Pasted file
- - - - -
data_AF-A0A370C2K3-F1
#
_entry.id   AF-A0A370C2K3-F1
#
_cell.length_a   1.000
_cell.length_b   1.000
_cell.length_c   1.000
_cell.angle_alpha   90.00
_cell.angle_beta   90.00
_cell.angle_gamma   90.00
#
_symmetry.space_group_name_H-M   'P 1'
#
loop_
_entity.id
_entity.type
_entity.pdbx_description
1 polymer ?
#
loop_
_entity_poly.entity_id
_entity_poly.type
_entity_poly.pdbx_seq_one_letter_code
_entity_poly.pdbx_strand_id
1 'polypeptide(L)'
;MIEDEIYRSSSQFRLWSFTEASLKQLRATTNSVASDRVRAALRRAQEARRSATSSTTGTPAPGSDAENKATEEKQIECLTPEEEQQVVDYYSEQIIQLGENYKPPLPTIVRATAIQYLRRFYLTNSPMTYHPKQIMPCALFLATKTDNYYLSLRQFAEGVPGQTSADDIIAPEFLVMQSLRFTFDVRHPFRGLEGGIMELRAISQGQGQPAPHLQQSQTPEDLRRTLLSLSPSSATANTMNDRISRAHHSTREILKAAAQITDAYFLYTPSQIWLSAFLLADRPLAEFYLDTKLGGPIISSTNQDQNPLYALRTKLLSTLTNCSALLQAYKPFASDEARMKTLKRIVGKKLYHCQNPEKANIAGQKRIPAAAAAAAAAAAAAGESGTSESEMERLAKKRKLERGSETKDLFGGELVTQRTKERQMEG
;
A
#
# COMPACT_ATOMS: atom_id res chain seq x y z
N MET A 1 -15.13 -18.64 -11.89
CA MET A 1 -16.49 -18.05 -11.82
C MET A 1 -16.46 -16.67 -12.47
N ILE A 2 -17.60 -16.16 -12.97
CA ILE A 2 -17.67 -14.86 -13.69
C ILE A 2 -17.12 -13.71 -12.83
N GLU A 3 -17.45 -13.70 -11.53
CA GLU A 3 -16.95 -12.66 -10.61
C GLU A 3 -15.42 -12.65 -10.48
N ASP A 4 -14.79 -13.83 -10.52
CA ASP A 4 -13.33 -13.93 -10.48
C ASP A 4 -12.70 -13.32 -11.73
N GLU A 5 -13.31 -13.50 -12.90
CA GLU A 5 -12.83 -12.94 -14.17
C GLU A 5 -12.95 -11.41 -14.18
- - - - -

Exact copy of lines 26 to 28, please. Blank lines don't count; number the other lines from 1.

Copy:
;MIEDEIYRSSSQFRLWSFTEASLKQLRATTNSVASDRVRAALRRAQEARRSATSSTTGTPAPGSDAENKATEEKQIECLTPEEEQQVVDYYSEQIIQLGENYKPPLPTIVRATAIQYLRRFYLTNSPMTYHPKQIMPCALFLATKTDNYYLSLRQFAEGVPGQTSADDIIAPEFLVMQSLRFTFDVRHPFRGLEGGIMELRAISQGQGQPAPHLQQSQTPEDLRRTLLSLSPSSATANTMNDRISRAHHSTREILKAAAQITDAYFLYTPSQIWLSAFLLADRPLAEFYLDTKLGGPIISSTNQDQNPLYALRTKLLSTLTNCSALLQAYKPFASDEARMKTLKRIVGKKLYHCQNPEKANIAGQKRIPAAAAAAAAAAAAAGESGTSESEMERLAKKRKLERGSETKDLFGGELVTQRTKERQMEG
;
A